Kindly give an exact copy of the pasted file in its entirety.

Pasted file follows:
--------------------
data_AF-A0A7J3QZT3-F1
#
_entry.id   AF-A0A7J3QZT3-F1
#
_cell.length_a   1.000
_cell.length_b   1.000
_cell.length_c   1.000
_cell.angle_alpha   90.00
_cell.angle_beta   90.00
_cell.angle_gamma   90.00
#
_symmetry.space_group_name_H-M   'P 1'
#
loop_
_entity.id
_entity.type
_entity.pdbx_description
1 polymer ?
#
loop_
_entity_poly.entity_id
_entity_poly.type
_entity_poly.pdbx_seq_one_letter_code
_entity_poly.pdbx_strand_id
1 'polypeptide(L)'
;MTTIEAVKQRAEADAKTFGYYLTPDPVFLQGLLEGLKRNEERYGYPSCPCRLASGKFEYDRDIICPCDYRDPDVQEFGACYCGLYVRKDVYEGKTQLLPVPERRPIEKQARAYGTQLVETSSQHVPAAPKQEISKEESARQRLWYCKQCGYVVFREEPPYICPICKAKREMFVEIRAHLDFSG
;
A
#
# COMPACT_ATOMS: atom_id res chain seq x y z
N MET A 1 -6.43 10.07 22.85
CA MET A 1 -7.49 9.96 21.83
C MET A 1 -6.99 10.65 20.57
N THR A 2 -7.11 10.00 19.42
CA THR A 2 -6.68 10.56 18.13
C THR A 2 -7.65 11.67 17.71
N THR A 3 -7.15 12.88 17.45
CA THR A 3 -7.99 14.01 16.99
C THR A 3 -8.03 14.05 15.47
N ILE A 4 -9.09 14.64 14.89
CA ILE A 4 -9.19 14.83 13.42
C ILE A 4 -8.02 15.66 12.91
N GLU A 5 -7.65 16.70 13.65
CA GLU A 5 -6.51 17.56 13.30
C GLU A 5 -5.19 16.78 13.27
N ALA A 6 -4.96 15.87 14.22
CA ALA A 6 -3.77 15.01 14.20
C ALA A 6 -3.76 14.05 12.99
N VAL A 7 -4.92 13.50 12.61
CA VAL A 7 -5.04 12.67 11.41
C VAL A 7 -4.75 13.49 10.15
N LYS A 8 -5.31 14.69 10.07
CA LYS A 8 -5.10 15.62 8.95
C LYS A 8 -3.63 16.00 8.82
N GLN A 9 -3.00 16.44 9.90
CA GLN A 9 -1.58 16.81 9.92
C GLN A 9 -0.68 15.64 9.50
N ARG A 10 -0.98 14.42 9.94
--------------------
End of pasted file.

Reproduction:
data_AF-A0A7J3QZT3-F1
#
_entry.id   AF-A0A7J3QZT3-F1
#
_cell.length_a   1.000
_cell.length_b   1.000
_cell.length_c   1.000
_cell.angle_alpha   90.00
_cell.angle_beta   90.00
_cell.angle_gamma   90.00
#
_symmetry.space_group_name_H-M   'P 1'
#
loop_
_entity.id
_entity.type
_entity.pdbx_description
1 polymer ?
#
loop_
_entity_poly.entity_id
_entity_poly.type
_entity_poly.pdbx_seq_one_letter_code
_entity_poly.pdbx_strand_id
1 'polypeptide(L)'
;MTTIEAVKQRAEADAKTFGYYLTPDPVFLQGLLEGLKRNEERYGYPSCPCRLASGKFEYDRDIICPCDYRDPDVQEFGACYCGLYVRKDVYEGKTQLLPVPERRPIEKQARAYGTQLVETSSQHVPAAPKQEISKEESARQRLWYCKQCGYVVFREEPPYICPICKAKREMFVEIRAHLDFSG
;
A
#
# COMPACT_ATOMS: atom_id res chain seq x y z
N MET A 1 -6.43 10.07 22.85
CA MET A 1 -7.49 9.96 21.83
C MET A 1 -6.99 10.65 20.57
N THR A 2 -7.11 10.00 19.42
CA THR A 2 -6.68 10.56 18.13
C THR A 2 -7.65 11.67 17.71
N THR A 3 -7.15 12.88 17.45
CA THR A 3 -7.99 14.01 16.99
C THR A 3 -8.03 14.05 15.47
N ILE A 4 -9.09 14.64 14.89
CA ILE A 4 -9.19 14.83 13.42
C ILE A 4 -8.02 15.66 12.91
N GLU A 5 -7.65 16.70 13.65
CA GLU A 5 -6.51 17.56 13.30
C GLU A 5 -5.19 16.78 13.27
N ALA A 6 -4.96 15.87 14.22
CA ALA A 6 -3.77 15.01 14.20
C ALA A 6 -3.76 14.05 12.99
N VAL A 7 -4.92 13.50 12.61
CA VAL A 7 -5.04 12.67 11.41
C VAL A 7 -4.75 13.49 10.15
N LYS A 8 -5.31 14.69 10.07
CA LYS A 8 -5.10 15.62 8.95
C LYS A 8 -3.63 16.00 8.82
N GLN A 9 -3.00 16.44 9.90
CA GLN A 9 -1.58 16.81 9.92
C GLN A 9 -0.68 15.64 9.50
N ARG A 10 -0.98 14.42 9.94